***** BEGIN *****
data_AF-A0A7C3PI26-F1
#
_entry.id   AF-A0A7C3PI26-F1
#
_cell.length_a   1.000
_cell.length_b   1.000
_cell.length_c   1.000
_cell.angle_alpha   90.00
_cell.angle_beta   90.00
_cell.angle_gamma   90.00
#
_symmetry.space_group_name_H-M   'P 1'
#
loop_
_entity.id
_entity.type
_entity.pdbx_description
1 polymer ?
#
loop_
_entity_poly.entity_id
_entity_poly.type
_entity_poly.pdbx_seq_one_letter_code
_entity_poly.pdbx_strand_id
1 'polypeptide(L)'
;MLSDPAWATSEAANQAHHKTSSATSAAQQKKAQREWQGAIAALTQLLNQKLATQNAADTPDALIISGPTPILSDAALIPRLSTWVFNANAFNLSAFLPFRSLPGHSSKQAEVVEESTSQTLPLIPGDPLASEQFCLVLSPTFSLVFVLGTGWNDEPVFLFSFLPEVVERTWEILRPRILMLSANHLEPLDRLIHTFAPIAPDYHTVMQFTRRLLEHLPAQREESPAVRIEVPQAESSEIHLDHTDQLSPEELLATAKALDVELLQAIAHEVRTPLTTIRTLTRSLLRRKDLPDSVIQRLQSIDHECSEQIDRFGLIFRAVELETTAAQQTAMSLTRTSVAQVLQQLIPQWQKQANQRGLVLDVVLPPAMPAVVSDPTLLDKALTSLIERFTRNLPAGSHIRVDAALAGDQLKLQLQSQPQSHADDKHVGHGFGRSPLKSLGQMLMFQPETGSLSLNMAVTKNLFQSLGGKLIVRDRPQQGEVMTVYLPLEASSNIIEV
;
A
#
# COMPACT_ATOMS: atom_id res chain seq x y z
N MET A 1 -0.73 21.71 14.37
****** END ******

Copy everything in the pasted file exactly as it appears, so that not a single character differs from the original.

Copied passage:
data_AF-A0A7C3PI26-F1
#
_entry.id   AF-A0A7C3PI26-F1
#
_cell.length_a   1.000
_cell.length_b   1.000
_cell.length_c   1.000
_cell.angle_alpha   90.00
_cell.angle_beta   90.00
_cell.angle_gamma   90.00
#
_symmetry.space_group_name_H-M   'P 1'
#
loop_
_entity.id
_entity.type
_entity.pdbx_description
1 polymer ?
#
loop_
_entity_poly.entity_id
_entity_poly.type
_entity_poly.pdbx_seq_one_letter_code
_entity_poly.pdbx_strand_id
1 'polypeptide(L)'
;MLSDPAWATSEAANQAHHKTSSATSAAQQKKAQREWQGAIAALTQLLNQKLATQNAADTPDALIISGPTPILSDAALIPRLSTWVFNANAFNLSAFLPFRSLPGHSSKQAEVVEESTSQTLPLIPGDPLASEQFCLVLSPTFSLVFVLGTGWNDEPVFLFSFLPEVVERTWEILRPRILMLSANHLEPLDRLIHTFAPIAPDYHTVMQFTRRLLEHLPAQREESPAVRIEVPQAESSEIHLDHTDQLSPEELLATAKALDVELLQAIAHEVRTPLTTIRTLTRSLLRRKDLPDSVIQRLQSIDHECSEQIDRFGLIFRAVELETTAAQQTAMSLTRTSVAQVLQQLIPQWQKQANQRGLVLDVVLPPAMPAVVSDPTLLDKALTSLIERFTRNLPAGSHIRVDAALAGDQLKLQLQSQPQSHADDKHVGHGFGRSPLKSLGQMLMFQPETGSLSLNMAVTKNLFQSLGGKLIVRDRPQQGEVMTVYLPLEASSNIIEV
;
A
#
# COMPACT_ATOMS: atom_id res chain seq x y z
N MET A 1 -0.73 21.71 14.37